should ever really need to do so by appealing directly to Moody’s managers and senior managers. The most extreme example of this type of interference that I experienced happened as late as the summer of 2007. Along with two colleagues, I received an invitation to a meeting with Gus Harris in his office. The three of us were working on a CLO amendment which required the action and approval of a Rating Committee. Two of us were on the Committee. The third was a very senior analyst working on the amendment itself. The CLO’s manager — a well-known hedge fund — wanted to amend the CLO indenture to increase significantly the CLO’s ability to buy land loans, initially limited to 5% of the portfolio. Land loans are investments in
undeveloped commercial real estate and, because they do not typically generate cash flow, are problem assets for CLOs. We were very troubled by the proposal and were working hard to prevent the increase or at least limit its size. It is important to note, by the way, that at the time of this meeting Gus Harris was no longer even part of the Derivatives Group. When the three of us arrived in his office for the meeting he called, he announced the reason for the meeting. A senior banker working on the indenture amendment had called Gus to complain. According to the banker, we were asking for something that he thought would “raise a red flag for investors and the other rating agencies” with respect to the land loan amendment. Gus wanted to discuss with us whether we really needed what the banker thought we were asking for. I think it would be fair to say that the three of us were shocked. The meeting we were having appeared to subvert Moody’s express Rating Committee policy. Instead of discussing the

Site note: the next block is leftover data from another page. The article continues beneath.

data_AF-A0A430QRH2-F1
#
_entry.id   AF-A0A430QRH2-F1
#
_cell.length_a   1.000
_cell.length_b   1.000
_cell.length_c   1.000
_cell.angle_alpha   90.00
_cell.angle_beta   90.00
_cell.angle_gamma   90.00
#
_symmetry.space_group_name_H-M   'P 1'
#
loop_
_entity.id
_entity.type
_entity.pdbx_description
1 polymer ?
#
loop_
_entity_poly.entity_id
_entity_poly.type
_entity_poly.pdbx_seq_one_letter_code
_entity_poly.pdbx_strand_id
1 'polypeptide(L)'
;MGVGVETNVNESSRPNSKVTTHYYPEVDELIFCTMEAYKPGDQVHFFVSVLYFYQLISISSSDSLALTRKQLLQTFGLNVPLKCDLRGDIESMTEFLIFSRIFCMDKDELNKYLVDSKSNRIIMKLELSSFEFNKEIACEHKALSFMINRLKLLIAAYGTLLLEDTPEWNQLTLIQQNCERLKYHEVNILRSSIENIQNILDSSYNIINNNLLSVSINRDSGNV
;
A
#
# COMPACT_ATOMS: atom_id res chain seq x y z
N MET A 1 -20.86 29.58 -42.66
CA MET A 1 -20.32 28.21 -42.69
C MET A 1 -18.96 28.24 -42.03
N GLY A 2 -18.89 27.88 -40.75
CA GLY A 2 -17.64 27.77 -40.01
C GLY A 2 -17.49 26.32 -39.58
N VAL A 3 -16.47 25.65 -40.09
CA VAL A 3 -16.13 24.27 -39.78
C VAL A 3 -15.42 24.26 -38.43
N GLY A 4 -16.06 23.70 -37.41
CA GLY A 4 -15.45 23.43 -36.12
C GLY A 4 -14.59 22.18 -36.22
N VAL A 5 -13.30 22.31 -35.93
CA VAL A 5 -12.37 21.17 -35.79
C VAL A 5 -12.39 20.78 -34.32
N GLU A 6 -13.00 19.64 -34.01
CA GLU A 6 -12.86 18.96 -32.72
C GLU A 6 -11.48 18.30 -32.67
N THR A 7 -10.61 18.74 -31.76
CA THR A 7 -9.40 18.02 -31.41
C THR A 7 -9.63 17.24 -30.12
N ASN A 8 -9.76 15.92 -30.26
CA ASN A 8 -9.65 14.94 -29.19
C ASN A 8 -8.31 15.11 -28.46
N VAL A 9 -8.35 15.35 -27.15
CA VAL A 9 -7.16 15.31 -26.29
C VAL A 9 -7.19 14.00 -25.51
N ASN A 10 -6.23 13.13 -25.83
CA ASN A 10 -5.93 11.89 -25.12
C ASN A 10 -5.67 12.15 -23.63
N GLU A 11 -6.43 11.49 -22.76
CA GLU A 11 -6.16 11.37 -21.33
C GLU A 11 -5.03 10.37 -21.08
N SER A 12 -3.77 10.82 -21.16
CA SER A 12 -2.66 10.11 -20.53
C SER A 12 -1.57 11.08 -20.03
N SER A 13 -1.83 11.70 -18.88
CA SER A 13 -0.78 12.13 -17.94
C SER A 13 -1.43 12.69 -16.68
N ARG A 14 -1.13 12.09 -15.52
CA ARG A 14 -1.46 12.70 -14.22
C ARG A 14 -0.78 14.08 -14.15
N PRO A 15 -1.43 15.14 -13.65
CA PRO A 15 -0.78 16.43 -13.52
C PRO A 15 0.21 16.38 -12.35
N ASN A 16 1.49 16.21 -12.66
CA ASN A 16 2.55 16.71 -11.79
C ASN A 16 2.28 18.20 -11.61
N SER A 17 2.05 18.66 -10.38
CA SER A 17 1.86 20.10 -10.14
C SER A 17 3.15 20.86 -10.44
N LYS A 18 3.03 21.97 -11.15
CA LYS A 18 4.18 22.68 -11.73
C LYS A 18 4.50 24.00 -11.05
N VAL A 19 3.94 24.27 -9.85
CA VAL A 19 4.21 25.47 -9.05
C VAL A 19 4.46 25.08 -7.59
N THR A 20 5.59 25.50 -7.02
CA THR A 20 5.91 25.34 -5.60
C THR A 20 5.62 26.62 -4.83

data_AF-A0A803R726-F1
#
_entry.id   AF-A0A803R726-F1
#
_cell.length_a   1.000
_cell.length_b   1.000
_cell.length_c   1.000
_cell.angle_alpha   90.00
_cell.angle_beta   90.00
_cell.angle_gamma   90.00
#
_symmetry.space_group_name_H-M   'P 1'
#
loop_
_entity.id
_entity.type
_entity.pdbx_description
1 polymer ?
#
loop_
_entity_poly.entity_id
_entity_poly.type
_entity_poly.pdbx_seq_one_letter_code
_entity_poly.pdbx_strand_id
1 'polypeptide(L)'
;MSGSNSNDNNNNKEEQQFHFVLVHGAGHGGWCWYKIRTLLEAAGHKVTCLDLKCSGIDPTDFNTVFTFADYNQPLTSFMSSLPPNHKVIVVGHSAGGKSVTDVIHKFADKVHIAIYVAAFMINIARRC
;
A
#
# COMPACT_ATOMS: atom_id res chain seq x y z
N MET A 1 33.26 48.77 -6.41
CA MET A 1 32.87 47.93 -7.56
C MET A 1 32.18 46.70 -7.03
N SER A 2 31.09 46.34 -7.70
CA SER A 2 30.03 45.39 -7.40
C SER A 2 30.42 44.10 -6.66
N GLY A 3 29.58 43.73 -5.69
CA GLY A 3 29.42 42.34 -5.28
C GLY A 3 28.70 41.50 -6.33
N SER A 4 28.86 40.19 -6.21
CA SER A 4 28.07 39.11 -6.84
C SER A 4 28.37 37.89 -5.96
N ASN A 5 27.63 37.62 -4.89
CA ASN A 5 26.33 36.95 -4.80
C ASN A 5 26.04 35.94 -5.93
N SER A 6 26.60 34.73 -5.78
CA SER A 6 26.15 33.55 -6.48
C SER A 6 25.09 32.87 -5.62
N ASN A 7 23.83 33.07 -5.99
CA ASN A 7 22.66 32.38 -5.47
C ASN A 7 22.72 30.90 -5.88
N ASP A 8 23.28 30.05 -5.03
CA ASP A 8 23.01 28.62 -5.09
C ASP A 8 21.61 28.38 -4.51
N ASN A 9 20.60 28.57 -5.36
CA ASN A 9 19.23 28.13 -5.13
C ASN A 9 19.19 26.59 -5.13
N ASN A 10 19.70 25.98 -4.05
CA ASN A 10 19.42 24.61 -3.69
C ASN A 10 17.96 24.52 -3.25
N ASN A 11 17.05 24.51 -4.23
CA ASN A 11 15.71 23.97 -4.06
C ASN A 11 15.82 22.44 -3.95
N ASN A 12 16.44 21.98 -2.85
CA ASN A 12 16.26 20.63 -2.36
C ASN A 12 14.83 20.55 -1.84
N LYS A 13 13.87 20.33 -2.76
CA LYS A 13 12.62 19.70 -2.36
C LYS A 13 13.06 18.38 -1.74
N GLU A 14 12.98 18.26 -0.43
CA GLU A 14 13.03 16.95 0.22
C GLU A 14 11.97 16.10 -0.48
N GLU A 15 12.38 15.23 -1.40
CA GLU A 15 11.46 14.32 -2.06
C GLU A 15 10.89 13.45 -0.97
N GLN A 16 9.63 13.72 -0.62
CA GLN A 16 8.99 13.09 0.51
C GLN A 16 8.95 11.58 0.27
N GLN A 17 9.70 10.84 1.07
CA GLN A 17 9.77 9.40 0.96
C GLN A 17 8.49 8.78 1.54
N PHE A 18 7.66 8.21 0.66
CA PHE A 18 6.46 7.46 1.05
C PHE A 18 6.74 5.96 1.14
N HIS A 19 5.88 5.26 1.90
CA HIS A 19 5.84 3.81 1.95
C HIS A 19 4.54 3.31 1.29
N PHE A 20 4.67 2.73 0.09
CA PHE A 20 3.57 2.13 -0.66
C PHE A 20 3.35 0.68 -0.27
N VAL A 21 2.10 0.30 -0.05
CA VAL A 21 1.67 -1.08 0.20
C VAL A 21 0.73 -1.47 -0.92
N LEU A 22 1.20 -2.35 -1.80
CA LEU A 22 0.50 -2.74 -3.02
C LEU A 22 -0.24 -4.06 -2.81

substance of the banker’s concerns, we confronted Gus about the propriety of the meeting. I asked “What is this? A rating committee? You have not been part of the Committee for this amendment so far. Under what theory are you entitled to try to join it? Are you even still part of
the Derivatives Group?” Gus vigorously defended what he was doing in calling the meeting and raising the banker’s concerns. Fortunately, in this case, I can confirm that the banker’s effort to go over the heads of the Rating Committee ultimately did no harm. However, it illustrates perfectly the fact that bankers had been taught to believe that they could and should try to go over the heads of analysts whenever they felt they were encountering difficulties getting the result they wanted. It was a relatively routine part of the way Moody’s did business. And we cannot be confident that every other time it happened, it came to so innocuous an end. Finally, there were at least three other techniques that were used to strengthen the hand of the investment banks. One was to increase significantly the hiring of junior analysts fresh from college who needed work visas to remain in the US. Recent college graduates are already a pretty docile population of workers. This docility is exponentially increased in those for whom the loss of a job means the risk of deportation. Another technique was to starve a busy group of resources. The RMBS Group was